In Dallas, inventory grew by 658 units, in Houston by 244 units, in Austin by 173 units and San Antonio grew by 15 units during the second half of 2019. Houston’s inventory growth declined by 151 units over the last six months when compared to the first half of 2019.
Major metros in Texas reported seniors housing occupancy rates increased during the second half of 2019. All of the major markets recorded an increase in occupancy between mid-year and year-end 2019.
Seniors housings’ annual rent growth rate has been on the rise in 2019 in all Texas metros, growing 2.9% over the year. IL and AL Majority average monthly rent rose 5.8% in Austin, 3.1% in Dallas, 2.8% in Houston and 0.1% in San Antonio between Q4 2018 and Q4 2019. The Texas average monthly rental rate for seniors housing is $3,751.
Nursing care trends are not as healthy as seniors housing trends. Inventory growth for Texas grew by 0.3% on an annual basis. Annual absorption was flat and the occupancy rate declined over the year by 20 basis points.
As of the fourth quarter of 2019, the Texas nursing care average asking monthly rate of $6,707 was 1.3% higher than the average rate in the fourth quarter of 2018.
According to Real Capital Analytics data, sales volume in Texas increased 32.3% to 1.6 billion between 2018 and 2019. The average cap rate at the end of Q4 2019 in Texas was 6.8%, 60 basis points above the national average of 6.2%.
The most active investors in the U.S. over the past 6 months were private investors with a 40.5% share, followed by institutional investors with a 33.5% share. In contrast, REITs (listed) represented a 23.6% share in Texas. Welltower topped the list of buyers adding 15 properties to its portfolio over the last 12 months. The top seller in 2019 was Sabra Health Care REIT, selling 22 properties.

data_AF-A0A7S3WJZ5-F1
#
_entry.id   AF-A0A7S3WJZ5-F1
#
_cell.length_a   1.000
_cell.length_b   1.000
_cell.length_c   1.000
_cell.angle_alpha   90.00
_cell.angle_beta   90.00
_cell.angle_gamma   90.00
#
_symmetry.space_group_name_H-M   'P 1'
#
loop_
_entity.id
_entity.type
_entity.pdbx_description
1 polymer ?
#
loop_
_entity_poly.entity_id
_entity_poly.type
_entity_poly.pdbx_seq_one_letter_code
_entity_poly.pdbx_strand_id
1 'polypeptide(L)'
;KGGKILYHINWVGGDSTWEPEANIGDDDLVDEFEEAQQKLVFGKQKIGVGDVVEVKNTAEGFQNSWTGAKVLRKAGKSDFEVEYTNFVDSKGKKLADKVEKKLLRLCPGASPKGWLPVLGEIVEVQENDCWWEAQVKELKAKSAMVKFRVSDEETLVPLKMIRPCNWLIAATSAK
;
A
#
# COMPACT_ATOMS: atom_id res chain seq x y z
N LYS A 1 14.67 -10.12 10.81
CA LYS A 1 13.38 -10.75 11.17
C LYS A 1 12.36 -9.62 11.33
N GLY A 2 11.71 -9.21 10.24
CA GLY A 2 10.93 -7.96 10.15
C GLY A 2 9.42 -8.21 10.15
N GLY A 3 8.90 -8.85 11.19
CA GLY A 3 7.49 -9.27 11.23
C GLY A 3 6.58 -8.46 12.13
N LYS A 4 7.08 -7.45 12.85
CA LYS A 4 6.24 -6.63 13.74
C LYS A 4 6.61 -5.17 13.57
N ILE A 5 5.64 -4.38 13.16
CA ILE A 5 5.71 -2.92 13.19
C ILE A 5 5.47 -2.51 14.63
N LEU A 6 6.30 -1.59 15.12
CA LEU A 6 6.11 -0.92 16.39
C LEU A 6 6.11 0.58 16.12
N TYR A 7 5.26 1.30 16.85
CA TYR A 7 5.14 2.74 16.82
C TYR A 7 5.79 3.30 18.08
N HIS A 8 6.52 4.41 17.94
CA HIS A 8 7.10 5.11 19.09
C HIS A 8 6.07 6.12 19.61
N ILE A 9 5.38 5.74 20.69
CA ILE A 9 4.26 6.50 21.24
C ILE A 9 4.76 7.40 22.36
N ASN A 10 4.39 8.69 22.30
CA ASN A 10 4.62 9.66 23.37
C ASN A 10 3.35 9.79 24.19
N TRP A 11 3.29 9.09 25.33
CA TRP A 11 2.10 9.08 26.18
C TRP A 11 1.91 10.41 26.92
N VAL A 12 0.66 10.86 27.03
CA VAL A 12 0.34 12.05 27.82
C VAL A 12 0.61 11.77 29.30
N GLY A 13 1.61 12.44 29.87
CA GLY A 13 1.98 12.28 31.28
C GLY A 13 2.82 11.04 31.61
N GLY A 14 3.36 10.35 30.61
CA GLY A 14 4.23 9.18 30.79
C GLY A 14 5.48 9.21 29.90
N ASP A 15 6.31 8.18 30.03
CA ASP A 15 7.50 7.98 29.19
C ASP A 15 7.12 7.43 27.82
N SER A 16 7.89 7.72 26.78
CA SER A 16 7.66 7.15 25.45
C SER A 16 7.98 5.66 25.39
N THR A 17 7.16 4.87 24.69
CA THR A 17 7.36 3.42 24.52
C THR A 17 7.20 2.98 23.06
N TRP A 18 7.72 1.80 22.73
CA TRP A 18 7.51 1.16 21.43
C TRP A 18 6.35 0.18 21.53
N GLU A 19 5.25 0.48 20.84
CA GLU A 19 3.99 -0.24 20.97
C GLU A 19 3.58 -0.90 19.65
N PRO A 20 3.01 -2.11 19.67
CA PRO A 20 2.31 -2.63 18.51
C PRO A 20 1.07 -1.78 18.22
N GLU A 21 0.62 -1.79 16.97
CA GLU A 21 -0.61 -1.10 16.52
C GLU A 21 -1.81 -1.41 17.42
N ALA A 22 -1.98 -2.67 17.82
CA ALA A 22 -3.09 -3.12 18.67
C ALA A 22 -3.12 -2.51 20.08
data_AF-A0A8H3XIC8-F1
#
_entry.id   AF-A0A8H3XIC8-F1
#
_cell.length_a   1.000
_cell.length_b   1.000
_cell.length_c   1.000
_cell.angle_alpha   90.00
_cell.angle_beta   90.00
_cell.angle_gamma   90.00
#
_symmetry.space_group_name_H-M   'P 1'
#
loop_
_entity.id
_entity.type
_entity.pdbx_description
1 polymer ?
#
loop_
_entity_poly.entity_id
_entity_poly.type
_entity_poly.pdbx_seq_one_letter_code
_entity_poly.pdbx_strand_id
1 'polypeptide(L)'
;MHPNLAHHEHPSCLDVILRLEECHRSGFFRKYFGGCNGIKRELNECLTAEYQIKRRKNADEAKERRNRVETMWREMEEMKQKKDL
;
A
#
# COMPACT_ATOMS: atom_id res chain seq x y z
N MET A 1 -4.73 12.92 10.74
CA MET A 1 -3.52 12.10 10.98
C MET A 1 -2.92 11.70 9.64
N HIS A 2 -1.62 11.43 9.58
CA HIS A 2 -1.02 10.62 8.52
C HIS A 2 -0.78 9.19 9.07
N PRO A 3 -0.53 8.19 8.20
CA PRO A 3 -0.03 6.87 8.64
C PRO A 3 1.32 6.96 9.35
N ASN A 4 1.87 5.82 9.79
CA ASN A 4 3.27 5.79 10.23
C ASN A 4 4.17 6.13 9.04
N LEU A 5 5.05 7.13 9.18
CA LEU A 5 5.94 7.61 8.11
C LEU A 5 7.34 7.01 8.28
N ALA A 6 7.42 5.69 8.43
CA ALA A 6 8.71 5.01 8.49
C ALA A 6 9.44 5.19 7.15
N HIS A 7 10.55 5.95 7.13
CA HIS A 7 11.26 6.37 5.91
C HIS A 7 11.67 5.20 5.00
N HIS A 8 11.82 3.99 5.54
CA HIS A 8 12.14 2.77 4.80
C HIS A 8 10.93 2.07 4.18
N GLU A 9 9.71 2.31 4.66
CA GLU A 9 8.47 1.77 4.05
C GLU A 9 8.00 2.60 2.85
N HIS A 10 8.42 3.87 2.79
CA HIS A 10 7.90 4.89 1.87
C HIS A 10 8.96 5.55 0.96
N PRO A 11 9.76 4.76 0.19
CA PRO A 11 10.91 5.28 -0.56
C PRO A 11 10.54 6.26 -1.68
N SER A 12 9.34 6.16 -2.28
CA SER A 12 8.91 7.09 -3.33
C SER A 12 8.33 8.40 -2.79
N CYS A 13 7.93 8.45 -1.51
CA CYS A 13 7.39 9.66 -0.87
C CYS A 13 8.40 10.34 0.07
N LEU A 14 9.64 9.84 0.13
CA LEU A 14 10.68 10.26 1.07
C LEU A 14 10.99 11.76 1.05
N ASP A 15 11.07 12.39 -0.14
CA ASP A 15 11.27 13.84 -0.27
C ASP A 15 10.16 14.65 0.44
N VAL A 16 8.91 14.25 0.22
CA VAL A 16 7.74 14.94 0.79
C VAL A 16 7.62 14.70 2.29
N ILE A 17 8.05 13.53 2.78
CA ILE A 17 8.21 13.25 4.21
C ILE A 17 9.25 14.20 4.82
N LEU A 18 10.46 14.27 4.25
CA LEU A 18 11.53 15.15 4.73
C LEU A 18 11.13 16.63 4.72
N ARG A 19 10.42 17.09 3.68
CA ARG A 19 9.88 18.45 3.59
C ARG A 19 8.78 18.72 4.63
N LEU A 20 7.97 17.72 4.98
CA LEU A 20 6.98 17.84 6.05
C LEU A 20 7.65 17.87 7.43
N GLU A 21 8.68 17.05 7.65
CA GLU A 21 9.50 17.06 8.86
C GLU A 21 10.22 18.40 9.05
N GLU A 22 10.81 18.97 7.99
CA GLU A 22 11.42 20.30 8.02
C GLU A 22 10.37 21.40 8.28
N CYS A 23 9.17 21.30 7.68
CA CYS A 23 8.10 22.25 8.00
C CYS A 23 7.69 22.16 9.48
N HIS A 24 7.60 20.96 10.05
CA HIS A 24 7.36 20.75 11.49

According to NIC MAP, there were 5,210 Majority IL units under construction in Texas primary markets in Q4 2019, followed up by 1,783 Majority AL and 432 Majority NC units. Dallas and Houston continued to have high volumes of the seniors housing construction. Dallas had 2,910 units under construction in the second half of 2019, the second-highest in the U.S. Houston’s construction volume (2,381 units) is fifth in the country. A strong economy, senior population growth and abundance of debt capital spur these new developments.
Seniors living construction costs have been on the rise in the U.S., including Texas, as a result of labor shortages and the rising prices of building materials. Developers have seen hard costs increase anywhere between 7-10% annually. According to The Weitz Company’s national construction data, mid-level assisted living projects development costs range from $176 to $228 per square foot, while mid-level independent living projects range from $147 to $185 per square foot. In Texas, construction costs are still lower than the national average. The highest construction costs among Texas major metros are in Houston where mid-level assisted living projects range from $156 to $202 per square foot, while mid-level independent living projects range from $135 to $161 per square foot.